Côte St. Antoine and Murray
611,748 sq. ft. – 14.10 acres
Still called familiarly and affectionately by locals by its earlier name of Murray Park after William Murray, who sold a piece of his farmland to the City in the 1920s, King George Park was given its new moniker to mark the British Royal’s visit to Canada with his wife, Queen Elizabeth, in 1939.
At the northern limit of the park’s fourteen acre expanse is an immense playing field where lacrosse, Canada’s national sport, is played, along with rugby and soccer. In winter, the park is home to an outdoor rink for skating enthusiasts.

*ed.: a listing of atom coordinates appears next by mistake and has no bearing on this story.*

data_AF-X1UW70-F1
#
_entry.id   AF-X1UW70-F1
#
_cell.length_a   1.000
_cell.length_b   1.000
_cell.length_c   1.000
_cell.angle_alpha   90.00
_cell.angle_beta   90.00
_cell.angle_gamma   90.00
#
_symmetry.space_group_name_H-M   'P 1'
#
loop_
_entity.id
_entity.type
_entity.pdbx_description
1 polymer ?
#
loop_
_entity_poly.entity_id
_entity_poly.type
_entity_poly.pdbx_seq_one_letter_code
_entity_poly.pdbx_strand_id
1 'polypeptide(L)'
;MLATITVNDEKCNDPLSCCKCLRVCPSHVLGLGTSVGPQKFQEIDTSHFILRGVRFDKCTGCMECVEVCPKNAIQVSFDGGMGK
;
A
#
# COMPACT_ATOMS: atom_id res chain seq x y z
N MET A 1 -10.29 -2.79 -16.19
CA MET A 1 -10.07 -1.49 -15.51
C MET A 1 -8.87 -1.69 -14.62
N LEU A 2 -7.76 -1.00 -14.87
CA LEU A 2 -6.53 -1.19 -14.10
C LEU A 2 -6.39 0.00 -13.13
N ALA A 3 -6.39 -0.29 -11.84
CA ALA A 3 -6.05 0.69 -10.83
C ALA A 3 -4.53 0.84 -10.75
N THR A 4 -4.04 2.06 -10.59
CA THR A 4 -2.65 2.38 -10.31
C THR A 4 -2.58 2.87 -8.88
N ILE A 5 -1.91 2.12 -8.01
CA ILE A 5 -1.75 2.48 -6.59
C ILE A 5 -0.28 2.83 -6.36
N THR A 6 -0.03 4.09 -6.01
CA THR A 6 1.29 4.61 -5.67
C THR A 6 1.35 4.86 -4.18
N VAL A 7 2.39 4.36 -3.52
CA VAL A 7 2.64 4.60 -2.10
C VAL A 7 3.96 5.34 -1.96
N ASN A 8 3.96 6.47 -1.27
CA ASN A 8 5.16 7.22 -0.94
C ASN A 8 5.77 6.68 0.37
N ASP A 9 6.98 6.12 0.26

In the park’s central area are located a dog run, a tennis court area, a wading pool, a basketball net, as well as the comfort station, designed by internationally celebrated Westmount architect, Robert Findlay.
Findlay and his son Frank were commissioned by the City to design the pavilion in 1936, possibly as a make-work project during the Great Depression. The stone structure is classical in style, and houses men’s and women’s changing rooms and washrooms.
Steps rise from the lot for toddlers on the park’s eastern edge, and a water pond nestles at the base of the great stone wall.
According to some sources, beneath the park’s rolling slopes lie fresh water wells sacred to the native people who first inhabited the area, along with some of their graves.